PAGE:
Year in review: Acrimony, agribusiness, adaptation

AbacusBio launches Canadian operations in Edmonton (June 30, 2023)

The original story: In June, Taproot reported that New Zealand-based agriscience consultancy AbacusBio had chosen Edmonton as the headquarters for its Canadian operations because of the city's universities and graduates.

Then what? Abacus has two existing offices in Dunedin, New Zealand, and Edinburgh, Scotland. In August, Abacus announced it planned to open an Edmonton office and also discussed its North American client list, which includes Bayer | Crop Science, Semex, the Canadian Angus Association, American Angus Association, and the University of Alberta. In October, the newly created subsidiary AbacusBio Canada opened its office at Agri-Food Discovery Place with a four-person team. "We are excited to join this dynamic community and to support the development of agri-food science and technology in Canada," managing director John Crowley said of the new venture. Over the year, Abacus representatives hit the North American conference circuit including the Alberta Milk AGM in November. — Tim Querengesser

Mayor lauds anti-racism efforts amid acrimony (July 5, 2023)

The original story: In July, Taproot examined the tension caused when the city announced it was now creating a three-pillar anti-racism strategy, effectively dissolving the already created Anti-Racism Advisory Council (ARAC) against its will. The city strategy had three parts: to create an independent anti-racism body, to create a high-level anti-racism office, and to increase funding to groups dedicated to anti-racism work.

Then what? The city has not completed the first two parts of the strategy. Nearly two years after establishing the goals, there is also no timeline for when they will be completed. The city has appointed a panel to decide the structure and governance for its new independent anti-racism body. According to an update from early November, that panel has met every two weeks since February 2023. During the fall budget adjustment, council approved a $2.6-million funding package for the high-level office. The city has taken more action on the third pillar by offering $1.5 million in anti-racism grants. The city also introduced two new funding programs to address its Community Safety and Wellbeing Strategy, the first pillar of which is anti-racism. In August, Taproot reported that the Anti-Black Racism Action Plan recommended a permanent office, among 130 total recommendations. — Stephanie Swensrude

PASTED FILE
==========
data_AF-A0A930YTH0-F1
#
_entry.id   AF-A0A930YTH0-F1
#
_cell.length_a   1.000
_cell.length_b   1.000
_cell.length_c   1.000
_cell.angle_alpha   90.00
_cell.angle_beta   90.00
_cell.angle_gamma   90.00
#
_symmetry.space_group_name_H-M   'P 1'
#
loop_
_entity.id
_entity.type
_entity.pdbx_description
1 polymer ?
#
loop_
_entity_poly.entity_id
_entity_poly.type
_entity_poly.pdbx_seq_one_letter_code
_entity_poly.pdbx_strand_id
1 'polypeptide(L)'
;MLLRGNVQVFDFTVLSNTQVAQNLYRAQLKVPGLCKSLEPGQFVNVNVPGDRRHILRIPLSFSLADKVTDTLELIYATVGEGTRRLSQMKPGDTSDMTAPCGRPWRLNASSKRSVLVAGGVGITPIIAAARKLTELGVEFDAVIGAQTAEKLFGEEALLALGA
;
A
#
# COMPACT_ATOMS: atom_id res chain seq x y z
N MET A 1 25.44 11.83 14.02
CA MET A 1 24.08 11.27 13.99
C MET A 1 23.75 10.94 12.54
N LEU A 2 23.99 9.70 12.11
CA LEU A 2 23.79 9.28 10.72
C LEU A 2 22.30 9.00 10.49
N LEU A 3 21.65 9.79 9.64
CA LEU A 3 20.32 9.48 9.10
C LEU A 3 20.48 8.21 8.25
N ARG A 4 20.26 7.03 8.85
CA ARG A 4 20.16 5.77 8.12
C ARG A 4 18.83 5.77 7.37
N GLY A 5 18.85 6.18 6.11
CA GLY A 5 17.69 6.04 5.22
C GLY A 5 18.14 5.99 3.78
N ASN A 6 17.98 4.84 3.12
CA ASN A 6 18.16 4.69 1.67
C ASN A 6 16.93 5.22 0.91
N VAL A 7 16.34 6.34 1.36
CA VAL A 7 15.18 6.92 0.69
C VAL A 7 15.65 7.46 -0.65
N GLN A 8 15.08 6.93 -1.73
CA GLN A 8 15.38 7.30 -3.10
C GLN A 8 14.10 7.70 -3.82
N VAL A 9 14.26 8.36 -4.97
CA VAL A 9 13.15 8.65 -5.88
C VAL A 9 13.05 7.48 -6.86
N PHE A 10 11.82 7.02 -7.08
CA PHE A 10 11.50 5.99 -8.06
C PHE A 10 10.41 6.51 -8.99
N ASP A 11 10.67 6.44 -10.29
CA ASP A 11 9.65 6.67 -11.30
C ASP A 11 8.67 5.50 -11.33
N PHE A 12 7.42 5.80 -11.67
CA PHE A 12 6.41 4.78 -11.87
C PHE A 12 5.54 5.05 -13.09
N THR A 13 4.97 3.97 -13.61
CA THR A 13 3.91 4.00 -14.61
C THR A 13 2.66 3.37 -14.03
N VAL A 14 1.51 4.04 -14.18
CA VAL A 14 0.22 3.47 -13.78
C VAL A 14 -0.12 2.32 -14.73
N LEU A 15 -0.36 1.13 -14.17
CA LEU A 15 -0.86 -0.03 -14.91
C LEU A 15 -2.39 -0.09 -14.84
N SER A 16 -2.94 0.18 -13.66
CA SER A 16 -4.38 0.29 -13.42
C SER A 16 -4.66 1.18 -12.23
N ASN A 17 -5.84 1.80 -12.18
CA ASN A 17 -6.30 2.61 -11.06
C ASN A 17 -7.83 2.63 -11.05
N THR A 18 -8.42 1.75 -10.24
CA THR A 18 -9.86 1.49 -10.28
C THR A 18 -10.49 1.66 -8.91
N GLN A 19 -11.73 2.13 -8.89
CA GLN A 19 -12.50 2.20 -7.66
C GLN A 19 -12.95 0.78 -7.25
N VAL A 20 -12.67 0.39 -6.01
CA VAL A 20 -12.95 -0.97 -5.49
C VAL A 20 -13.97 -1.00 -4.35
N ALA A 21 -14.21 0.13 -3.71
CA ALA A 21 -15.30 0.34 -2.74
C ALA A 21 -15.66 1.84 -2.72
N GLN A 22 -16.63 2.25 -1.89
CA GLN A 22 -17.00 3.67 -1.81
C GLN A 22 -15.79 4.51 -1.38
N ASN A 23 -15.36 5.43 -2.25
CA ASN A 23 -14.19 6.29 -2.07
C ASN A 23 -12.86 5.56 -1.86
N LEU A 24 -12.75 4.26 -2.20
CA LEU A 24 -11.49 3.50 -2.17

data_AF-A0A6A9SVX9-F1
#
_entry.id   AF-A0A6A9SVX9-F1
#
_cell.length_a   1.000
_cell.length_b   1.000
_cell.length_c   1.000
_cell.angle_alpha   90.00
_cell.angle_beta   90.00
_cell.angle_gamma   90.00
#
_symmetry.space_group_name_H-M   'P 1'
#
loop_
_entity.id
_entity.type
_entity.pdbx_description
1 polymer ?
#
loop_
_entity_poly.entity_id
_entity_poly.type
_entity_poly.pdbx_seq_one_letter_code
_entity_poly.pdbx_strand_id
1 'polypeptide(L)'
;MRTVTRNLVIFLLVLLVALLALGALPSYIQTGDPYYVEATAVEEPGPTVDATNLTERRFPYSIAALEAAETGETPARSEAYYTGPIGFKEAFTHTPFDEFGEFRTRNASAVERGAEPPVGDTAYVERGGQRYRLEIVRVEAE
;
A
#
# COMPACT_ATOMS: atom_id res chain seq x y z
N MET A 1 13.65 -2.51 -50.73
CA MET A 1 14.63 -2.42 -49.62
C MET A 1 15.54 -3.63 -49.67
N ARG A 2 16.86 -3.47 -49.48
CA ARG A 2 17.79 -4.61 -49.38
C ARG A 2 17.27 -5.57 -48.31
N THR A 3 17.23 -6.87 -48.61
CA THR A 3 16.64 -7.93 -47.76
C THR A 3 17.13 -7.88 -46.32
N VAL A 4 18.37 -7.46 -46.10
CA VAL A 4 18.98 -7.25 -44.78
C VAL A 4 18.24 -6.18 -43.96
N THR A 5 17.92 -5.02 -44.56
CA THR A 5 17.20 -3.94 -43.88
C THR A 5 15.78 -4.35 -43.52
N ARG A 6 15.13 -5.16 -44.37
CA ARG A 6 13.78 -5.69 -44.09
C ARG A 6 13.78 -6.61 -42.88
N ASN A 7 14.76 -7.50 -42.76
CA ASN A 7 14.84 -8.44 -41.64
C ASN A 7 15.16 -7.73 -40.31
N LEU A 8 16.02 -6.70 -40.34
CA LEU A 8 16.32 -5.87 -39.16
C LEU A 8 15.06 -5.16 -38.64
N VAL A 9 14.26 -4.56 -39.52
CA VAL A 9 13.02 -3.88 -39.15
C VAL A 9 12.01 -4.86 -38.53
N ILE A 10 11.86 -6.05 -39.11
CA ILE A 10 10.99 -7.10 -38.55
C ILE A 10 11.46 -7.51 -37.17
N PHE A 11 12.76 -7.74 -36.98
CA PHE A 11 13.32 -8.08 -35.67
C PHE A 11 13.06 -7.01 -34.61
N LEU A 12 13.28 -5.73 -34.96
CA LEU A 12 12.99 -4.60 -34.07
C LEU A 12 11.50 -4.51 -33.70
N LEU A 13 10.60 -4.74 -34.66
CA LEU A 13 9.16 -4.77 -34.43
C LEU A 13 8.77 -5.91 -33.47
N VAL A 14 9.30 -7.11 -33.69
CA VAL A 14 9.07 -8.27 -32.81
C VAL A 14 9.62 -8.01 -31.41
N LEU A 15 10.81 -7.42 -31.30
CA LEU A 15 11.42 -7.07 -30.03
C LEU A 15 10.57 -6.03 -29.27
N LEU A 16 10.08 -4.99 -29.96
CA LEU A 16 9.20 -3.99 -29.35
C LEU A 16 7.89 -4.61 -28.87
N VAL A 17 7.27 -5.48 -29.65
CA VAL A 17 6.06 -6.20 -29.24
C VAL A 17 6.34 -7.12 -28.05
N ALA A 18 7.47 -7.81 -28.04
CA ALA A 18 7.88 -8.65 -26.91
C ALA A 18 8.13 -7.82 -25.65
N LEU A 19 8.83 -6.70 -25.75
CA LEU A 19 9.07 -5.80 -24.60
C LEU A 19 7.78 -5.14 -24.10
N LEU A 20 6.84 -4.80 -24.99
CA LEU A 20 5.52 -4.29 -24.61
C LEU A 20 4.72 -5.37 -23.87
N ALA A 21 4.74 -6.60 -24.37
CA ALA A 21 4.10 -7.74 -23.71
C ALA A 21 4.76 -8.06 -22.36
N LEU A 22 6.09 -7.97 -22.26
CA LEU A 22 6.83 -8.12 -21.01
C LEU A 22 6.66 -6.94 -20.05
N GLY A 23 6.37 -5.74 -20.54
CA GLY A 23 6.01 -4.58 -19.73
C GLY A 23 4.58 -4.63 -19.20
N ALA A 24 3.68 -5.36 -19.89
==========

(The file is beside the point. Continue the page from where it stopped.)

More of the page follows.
EPIC shifts focus from chefs to diners with new concept (July 25, 2023)

The original story: In July, Taproot reported that EPIC had shifted from its original food hall concept for its downtown location, brought in five "chefs in residence," and was planning its expansion to Whyte Avenue with a new food hall concept.

Then what? In September, Jennifer Keith of EPIC was a finalist for the Emerging Entrepreneur Award at the annual AWE Awards from Alberta Women Entrepreneurs. Since Taproot's July story, EPIC has shifted its existing downtown location to be a private event space only. EPIC reported that it took this decision as part of preparations to open Station Park "in the coming months." As of writing, EPIC is still preparing that Whyte Avenue location, and on Nov. 18 it provided a sneak preview. EPIC's social media features details on a new meat-forward offering from Peter Keith that is "an upcoming dish at Station Park." — Tim Querengesser

A photo collage of six pictures: A person stands at a podium in front of signs that read "abacusbio"; a person stands at a podium before a screen that reads "Strong Cities Network"; a person stands in front of a wall adorned with plants and a sign that reads "EPIC"; two people stand at a transit station that is decorated with yellow balloons; two people stand in front of a sign that reads "Dragons' Den CBC GEM"; a building with a sign that reads "Mercer".

Clockwise from top left: John Crowley addressed media while launching AbacusBio Canada in Edmonton; Mayor Amarjeet Sohi addressed the Cities on the Frontline conference in Berlin; Maëlle Toews of EPIC said the business's new concept came from chef feedback; Auricle collected stories and experiences from transit users; Kid-Drop co-founders Julieta Miranda and Josh Kalhofer pitched on Dragons' Den in May; in October; the Mercer Warehouse started housing several Boyle Street Community Services programs.